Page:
The week in review

Financial markets were wrong footed on several fronts as the week of 11 July 2022 sprang a series of surprises in the form of economic indicators and central bank moves.
Published 19 July
2½ mins

What’s happened in markets?

FTSE All Share-0.51-1.62-6.14-4.531.822.003.16
Euro Stoxx 50-0.84-1.42-7.54-16.79-11.312.652.91
S&P 500-0.912.05-11.69-18.27-10.1110.4211.40
Japan Topix0.272.11-0.06-3.70-0.088.795.49
MSCI Asia Pac.-3.65-3.82-9.48-19.03-
MSCI Emerg. Mkts.-3.68-4.93-12.41-20.45-26.47-0.520.99
Jo’burg All Shares-4.73-3.42-10.96-9.611.248.157.69
UK Gov’t Bonds0.341.03-4.63-13.87-14.17-3.64-0.60
US Gov’t Bonds0.842.03-1.04-8.88-9.50-0.630.81
Global Corp. Bonds0.851.78-2.95-11.95-12.52-0.701.50
Emerg. Mkt. Local-1.16-1.94-9.12-14.99-18.26-5.40-1.84
Figures in the respective local currencies as at the end of trading on 15/07/2022.

In a week that ended in negative territory for most equity markets, news headlines highlighted some surprising data that caught out many economic expectations.

Price rises in the US outstripped predictions once again in the week of 11 July. The headline consumer price index (CPI), a key inflation indicator, jumped to 9.1%, much higher than the 8.8% predicted by economists. Meanwhile, new claims for unemployment benefit hit the highest level since November, 244,000, suggesting a slight cooling in the US labour market.

There was a surprise for UK observers too. Gross domestic product (GDP) for May had been expected to remain more or less static to the April decline of 0.2% but, in the event, grew by 0.5%, driven partly by holiday travel and “a large rise in GP (doctors) appointments”.

The Bank of Canada announced an unexpectedly aggressive interest rate rise of 1% to 2.5%, citing high and persistent inflation.

Speculation about a similarly robust Federal Reserve (Fed) response to US inflation was heightened by comments such as those of Atlanta Federal Reserve Bank President Raphael Bostic, who declared: “Everything is in play”.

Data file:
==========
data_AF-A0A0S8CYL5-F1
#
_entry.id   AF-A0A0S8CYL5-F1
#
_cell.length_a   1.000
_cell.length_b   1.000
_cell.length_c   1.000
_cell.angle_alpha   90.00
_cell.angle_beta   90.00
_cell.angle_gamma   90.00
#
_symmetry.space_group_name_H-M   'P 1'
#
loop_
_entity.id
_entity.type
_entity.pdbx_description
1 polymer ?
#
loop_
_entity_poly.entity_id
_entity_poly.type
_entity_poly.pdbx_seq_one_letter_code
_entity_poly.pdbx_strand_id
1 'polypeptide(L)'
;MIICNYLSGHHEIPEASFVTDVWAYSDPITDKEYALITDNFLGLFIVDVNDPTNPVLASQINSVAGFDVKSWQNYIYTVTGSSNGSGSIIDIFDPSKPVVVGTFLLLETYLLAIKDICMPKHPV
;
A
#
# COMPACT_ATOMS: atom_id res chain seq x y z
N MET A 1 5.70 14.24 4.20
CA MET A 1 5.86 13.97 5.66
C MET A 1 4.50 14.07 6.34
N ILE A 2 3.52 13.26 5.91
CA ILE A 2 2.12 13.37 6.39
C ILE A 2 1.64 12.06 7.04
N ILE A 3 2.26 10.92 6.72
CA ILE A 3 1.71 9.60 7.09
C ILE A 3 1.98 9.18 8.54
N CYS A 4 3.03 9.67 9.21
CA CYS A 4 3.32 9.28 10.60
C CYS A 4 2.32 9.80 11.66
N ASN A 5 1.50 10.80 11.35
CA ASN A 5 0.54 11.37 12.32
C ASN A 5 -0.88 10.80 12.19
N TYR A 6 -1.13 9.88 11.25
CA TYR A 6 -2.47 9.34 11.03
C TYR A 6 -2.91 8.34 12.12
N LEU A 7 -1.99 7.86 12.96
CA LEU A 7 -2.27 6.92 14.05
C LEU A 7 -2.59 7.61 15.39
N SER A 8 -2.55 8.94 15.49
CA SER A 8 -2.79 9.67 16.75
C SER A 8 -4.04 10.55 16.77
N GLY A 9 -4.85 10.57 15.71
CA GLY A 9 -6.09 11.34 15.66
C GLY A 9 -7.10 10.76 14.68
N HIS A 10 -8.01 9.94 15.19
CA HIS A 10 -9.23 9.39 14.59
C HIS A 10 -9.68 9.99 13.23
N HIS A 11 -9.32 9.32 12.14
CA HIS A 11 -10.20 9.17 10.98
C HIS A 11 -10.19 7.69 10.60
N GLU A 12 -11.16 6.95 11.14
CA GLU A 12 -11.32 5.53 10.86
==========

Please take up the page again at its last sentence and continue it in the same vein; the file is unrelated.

The next Fed move will not come until July 26/27. Meanwhile, the European Central Bank is likely to deliver its first interest rate rise since 2011 in the coming week: a 0.25% interest rate hike is expected. The Bank of Japan will also meet to consider its rates’ policy this week.

The markets have seen slightly less turmoil over the past 30 days, with growth stocks outperforming (+1.9%); value (-2.9%) and small capitalisation (-2%) stocks declining; and large capitailsation equities (-0.3%) only slightly negative. Developed markets were static (-0.1%) while emerging markets fell in value (-4.4%).

In sector terms, healthcare (+5.6%) is the best 30-day performer and energy (-17.2%) the worst, due to the weakening of the oil price following the huge gains of the previous six months. With the exception of European gas, other commodities have also been trending down, with gold at -5.8%, for example.

The US dollar remains strong against the other major currencies: the past week saw the euro and US dollar trading at parity for the first time in 20 years.




UK GDP (QoQ)0.8
UK PMI53.752.5
UK CPI (YoY)9.19.2
EU GDP (QoQ)0.6
EU PMI52.051.0
EU CPI (YoY)8.68.6
US GDP (QoQ)-1.60.9
US PMI55.3
US CPI (YoY)9.1

What’s happened in portfolios?

Recessionary fears mean value equities are lagging peers categarised as quality over the short term. This makes it a good time to tilt to our quality-focused strategies.

The significant upward shift in yields (global government bonds +2.4% over 30 days, investment grade +2.3%) has also made fixed income more attractive. As such, we have reduced our overweight to high yield and see this as a good time to gradually increase duration, which has been rewarding investors over recent weeks.

In real assets, renewables have shown a slight weakness recently due to the oil price decline, but year-on-year gains remain high.

In alternative strategies, strong streaming growth helped lift Hipgnosis to a remarkable performance: it announced net asset value (NAV) return of 9.9%, or 14.2% including dividends.

What's happening this week?

21 July • EU ECB Interest Rate Decision | 21 July • US Initial Jobless Claims | 22 July • UK Retail Sales (June)

Clients of Nedbank Private Wealth can get in touch with their private banker directly to understand how their portfolios are responding to market events, or call +44 (0)1624 645000 to speak to our client services team.


If you would like to find out more about how we manage clients’ investments, please contact us on the same number as above. Or you can get in touch using the links to the forms towards the end of this page.

Sources: Nedbank Private Wealth; Bloomberg; Reuters; Financial Times; Quoted Data and UK Government

The value of investments can fall, as well as rise, and you might not get back the original amount invested. Exchange rate changes affect the value of investments. Past performance is not necessarily a guide to future returns. Any individual investment or security mentioned may be included in clients’ portfolios and is referenced for illustrative purposes only, not as a recommendation, not least as it may not be suitable. You should always seek professional advice before making any investment decisions.

Access more of our insights


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